06 March 2017 3124


Penyalahgunaan obat didefinisikan sebagai konsumsi obat atau substansi yang tidak memiliki indikasi medis, tidak sesuai dosis yang diperbolehkan, serta menyimpang dari norma sosial serta hukum.

Apa sih bahayanya penyalahgunaan obat?

Penggunaan obat tertentu dapat berpengaruh pada mood, persepsi, serta perilaku seseorang. 


Drug abuse may be defined as the use of any substance in a manner which deviates from the accepted medical, social or legal patterns that exist within a given society.


The use of a drug or combination of drugs to induce changes in mood, perception and, to a lesser extent, behaviour may stem from various social, cultural and psychological influences. Very often there is an underlying mental condition, usually a personality disorder or psychoneurosis, and use of a drug may be intended to provide an 'escape' from certain unpleasant aspects of life. Social background and environment may also be contributory factors; drugs may represent excitement and challenge in certain under-privileged groups in which opportunities to experience pleasure, satisfaction or success are limited. Alternatively, there may be a desire to conform with a certain social group which favours the use of drugs; again an underlying personality disorder may be implicated.

Abuse of some drugs may be intermittent, resulting in minimal physical, psychological or social deterioration. In other cases, the user may become dependent on a drug in order to perform at what he or she considers to be a satisfactory level; this is known as psychic dependence. Certain drugs have the ability to produce physical dependence, an altered physiological state in which the body requires continued administration of the drug to avoid the withdrawal syndrome. The symptoms of the withdrawal syndrome vary according to the drug concerned, but they are usually so unpleasant that the individual dependent on the drug (the addict) will often go to considerable lengths to avoid them. For example, withdrawal from opiates gives rise to the classic 'cold turkey' process with lacrimation, yawning and sweating followed by coryza, nausea, vomiting, abdominal pains, weakness and goose flesh; barbiturate withdrawal may produce depression, insomnia, tremors and anorexia. Repeated administration of many drugs results in tolerance, requiring an increase in dosage to achieve the desired effect.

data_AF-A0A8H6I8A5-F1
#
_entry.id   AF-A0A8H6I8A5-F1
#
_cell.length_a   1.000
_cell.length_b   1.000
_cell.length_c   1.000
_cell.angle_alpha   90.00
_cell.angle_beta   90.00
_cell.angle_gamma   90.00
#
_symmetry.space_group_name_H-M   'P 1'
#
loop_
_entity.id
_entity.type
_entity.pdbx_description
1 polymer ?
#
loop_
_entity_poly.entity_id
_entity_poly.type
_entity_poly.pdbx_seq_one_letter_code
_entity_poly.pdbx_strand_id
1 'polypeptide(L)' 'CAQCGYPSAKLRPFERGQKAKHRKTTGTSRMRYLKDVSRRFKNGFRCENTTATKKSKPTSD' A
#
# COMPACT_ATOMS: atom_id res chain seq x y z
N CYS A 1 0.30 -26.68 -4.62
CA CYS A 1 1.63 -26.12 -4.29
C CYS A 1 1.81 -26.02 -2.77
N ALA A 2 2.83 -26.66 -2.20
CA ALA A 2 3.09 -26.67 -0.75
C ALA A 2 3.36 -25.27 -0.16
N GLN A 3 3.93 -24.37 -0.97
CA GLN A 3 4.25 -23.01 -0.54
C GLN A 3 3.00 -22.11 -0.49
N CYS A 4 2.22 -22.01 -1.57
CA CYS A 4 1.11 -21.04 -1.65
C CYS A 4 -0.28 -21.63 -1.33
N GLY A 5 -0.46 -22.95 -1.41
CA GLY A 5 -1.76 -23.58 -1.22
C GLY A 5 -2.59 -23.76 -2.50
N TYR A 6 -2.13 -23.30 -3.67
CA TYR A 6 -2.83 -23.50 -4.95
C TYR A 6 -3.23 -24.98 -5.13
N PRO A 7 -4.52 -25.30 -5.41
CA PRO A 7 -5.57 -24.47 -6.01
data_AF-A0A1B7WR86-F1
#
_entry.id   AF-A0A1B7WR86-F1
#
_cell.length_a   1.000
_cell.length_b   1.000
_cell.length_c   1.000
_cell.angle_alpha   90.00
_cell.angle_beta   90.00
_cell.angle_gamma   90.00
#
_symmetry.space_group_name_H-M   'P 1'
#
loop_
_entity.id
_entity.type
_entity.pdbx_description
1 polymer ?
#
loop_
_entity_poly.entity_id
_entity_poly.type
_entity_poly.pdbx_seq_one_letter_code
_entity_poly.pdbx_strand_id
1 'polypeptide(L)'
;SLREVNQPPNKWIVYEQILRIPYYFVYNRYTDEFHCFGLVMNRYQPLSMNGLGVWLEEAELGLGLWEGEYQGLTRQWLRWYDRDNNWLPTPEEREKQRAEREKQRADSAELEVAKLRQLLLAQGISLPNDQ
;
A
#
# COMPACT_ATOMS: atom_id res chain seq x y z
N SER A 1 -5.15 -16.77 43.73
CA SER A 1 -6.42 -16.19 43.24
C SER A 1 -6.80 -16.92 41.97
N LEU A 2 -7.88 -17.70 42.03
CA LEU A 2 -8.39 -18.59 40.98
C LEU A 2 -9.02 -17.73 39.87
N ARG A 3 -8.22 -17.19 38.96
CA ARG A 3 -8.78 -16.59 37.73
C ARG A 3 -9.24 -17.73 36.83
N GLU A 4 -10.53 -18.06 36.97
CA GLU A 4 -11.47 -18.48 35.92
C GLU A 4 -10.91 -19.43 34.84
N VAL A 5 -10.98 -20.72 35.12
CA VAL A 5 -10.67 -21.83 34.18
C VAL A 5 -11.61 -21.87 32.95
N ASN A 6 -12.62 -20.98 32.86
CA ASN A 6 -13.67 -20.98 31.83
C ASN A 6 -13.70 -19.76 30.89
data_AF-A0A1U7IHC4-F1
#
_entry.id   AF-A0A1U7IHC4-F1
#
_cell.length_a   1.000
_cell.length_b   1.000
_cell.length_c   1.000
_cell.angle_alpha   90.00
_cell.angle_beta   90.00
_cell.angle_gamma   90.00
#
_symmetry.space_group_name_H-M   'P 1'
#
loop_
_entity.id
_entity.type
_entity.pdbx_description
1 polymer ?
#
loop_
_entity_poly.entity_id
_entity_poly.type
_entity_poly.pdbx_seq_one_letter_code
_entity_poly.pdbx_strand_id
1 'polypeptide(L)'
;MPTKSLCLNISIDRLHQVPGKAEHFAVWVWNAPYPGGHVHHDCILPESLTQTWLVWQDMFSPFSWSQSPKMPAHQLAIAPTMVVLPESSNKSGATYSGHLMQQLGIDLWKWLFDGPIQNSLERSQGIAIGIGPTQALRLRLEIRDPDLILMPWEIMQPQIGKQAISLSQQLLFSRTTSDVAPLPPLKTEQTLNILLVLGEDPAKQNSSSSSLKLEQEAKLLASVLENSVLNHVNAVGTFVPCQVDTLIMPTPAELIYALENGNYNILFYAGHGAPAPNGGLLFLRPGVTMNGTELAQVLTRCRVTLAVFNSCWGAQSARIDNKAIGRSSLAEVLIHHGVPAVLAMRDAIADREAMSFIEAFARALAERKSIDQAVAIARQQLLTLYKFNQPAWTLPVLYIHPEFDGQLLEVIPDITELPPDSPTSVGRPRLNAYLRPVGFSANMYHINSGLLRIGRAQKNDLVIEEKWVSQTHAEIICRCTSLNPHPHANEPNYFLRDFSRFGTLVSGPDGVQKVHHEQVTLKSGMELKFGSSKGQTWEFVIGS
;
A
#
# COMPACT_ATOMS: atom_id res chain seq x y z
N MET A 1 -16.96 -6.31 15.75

Many of these drugs have medical uses and are beneficial in the treatment of both physical and mental disorders. Some individuals are physically dependent on a maintenance dose of certain drugs for prevention of symptoms, eg dexamphetamine for narcolepsy, and no additional rating is required in these circumstances. However, some degree of psychic dependence may arise through the use of tranquillisers, hypnotics and antidepressants in the treatment of mental disorders; provided these drugs are prescribed by a physician and are being taken in normal pharmacological dosages the final rating should be essentially that for the underlying condition.

Some disability income and long term care policies exclude claims arising from the use of drugs (other than those medically prescribed) and alcohol. The effectiveness of this exclusion is uncertain as it is very rarely invoked, but clearly its presence does not mean that 'habits' criticism can be ignored at the underwriting stage. For LTC, the functional impairment is usually a result of multiple problems and use of this exclusion is impractical.


Mortality and morbidity among drug addicts are high, many attempting suicide during withdrawal, during severe hallucinatory or depressive states while under the influence of drugs, or as a result of secondary mental illness; others die suddenly following intravenous drug injection. Other common causes of death or disability are acute bacterial infection (including bacterial endocarditis), active chronic hepatitis and hepatic cirrhosis (hepatitis B & C), all of which are due primarily to the communal use of unsterilised needles.

Prognosis is closely related to the psychoneurotic or personality defect which contributed to the drug dependence. Psychiatric care is an important part of any treatment programme. Success of therapy lessens in proportion to the degree of addiction, length of time addicted and the number of relapses.

There is also a significant increase in the incidence of HIV infection in individuals with a history of intravenous drug use through the use of shared needles.

Underwriting information

  • drugs questionnaire
  • source of drug information, ie admitted or from third party
  • when and why the drug was first used
  • applicant's age, environment, occupation, personality and marital status
  • use of alcohol
  • HIV antibody test and Hepatitis B and C serology
  • evidence of any criminal activity
  • history of accidents and/or motor vehicle offences